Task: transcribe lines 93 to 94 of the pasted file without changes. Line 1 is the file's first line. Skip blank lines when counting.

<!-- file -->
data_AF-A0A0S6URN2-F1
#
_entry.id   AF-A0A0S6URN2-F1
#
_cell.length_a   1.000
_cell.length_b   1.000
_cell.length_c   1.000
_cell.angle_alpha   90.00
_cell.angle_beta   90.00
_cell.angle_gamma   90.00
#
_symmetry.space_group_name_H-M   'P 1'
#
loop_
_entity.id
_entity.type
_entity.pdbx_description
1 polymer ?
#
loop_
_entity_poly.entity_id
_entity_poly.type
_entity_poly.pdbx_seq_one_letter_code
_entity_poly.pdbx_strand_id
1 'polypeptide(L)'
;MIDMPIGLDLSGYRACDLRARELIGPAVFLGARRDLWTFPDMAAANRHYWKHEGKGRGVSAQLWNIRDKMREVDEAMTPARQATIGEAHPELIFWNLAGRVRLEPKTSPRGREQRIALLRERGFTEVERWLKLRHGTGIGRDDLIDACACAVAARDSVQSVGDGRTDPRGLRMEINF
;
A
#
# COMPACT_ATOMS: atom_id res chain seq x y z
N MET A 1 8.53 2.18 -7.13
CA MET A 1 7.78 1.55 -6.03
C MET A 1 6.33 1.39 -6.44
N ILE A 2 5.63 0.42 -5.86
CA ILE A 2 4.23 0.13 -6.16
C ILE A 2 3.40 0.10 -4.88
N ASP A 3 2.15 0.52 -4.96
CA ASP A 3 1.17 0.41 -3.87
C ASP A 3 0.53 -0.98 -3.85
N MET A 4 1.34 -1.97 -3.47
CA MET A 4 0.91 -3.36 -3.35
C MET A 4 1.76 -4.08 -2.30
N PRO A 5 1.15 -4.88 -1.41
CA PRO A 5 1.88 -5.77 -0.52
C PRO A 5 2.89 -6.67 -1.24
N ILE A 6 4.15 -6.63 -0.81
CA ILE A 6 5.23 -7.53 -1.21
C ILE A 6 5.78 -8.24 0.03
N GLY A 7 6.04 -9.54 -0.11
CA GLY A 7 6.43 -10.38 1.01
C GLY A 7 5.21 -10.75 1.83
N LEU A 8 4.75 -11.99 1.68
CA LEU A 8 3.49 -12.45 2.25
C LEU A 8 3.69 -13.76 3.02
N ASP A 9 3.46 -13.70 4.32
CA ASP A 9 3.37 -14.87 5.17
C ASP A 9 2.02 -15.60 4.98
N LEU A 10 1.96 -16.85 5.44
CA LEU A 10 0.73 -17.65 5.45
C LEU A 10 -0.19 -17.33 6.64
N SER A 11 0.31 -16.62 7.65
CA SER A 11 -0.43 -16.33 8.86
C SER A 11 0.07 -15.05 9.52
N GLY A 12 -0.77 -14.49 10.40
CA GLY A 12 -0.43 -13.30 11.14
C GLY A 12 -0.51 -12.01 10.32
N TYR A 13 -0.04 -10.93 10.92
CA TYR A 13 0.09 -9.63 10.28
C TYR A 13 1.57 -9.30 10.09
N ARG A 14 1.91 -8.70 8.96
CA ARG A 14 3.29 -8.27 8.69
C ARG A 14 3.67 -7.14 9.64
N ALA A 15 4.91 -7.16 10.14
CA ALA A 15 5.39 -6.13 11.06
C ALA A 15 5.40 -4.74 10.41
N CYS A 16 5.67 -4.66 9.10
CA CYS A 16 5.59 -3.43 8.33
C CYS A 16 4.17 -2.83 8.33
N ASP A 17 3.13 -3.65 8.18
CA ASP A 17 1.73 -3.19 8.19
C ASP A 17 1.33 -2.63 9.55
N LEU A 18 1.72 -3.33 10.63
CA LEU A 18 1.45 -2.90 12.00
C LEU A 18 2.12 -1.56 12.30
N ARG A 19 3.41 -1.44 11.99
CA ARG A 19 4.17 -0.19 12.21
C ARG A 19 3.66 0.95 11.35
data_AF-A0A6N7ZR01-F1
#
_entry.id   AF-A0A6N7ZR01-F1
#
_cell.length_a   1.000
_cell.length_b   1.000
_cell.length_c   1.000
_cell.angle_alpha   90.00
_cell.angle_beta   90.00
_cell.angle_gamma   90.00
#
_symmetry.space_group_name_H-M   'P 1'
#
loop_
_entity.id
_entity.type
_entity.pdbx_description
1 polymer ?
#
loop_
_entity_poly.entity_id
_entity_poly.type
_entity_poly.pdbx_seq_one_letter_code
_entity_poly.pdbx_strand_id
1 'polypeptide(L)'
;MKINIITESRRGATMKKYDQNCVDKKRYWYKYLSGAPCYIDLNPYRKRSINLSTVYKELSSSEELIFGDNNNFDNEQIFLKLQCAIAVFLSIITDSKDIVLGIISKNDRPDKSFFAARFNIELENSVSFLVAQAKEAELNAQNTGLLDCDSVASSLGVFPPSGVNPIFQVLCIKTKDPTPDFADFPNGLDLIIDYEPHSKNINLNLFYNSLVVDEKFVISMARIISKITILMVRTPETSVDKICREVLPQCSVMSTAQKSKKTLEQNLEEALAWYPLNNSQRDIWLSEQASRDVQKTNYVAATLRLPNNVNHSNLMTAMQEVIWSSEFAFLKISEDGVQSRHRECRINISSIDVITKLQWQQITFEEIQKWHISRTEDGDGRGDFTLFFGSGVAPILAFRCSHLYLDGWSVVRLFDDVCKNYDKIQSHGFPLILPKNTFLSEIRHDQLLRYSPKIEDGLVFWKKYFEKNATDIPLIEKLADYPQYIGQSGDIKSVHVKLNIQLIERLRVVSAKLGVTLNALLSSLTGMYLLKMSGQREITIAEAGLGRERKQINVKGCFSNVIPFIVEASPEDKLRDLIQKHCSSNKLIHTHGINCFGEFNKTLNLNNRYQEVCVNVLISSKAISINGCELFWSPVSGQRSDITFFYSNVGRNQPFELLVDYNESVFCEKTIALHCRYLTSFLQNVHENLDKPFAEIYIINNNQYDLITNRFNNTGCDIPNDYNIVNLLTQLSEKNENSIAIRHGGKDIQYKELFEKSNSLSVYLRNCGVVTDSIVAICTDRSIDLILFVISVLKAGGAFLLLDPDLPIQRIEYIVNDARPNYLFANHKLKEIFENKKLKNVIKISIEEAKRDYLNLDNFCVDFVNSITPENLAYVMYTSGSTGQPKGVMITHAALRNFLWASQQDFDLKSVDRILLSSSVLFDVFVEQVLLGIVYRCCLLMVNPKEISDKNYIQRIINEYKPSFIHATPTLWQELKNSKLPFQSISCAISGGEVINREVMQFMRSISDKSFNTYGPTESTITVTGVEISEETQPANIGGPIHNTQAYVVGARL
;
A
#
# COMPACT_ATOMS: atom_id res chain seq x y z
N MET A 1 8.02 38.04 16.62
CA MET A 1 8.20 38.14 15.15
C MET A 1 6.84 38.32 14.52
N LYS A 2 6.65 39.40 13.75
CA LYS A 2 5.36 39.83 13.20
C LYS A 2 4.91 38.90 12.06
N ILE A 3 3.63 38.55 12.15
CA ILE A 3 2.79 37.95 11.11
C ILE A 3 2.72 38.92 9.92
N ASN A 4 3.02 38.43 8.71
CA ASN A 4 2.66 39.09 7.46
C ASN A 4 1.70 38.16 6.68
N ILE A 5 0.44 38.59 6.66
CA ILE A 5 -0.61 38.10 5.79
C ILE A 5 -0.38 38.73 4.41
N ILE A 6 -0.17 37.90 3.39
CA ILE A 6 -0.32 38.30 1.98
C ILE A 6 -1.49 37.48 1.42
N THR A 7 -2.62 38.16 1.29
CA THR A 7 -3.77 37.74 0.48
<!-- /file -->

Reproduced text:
_cell.length_b   1.000
_cell.length_c   1.000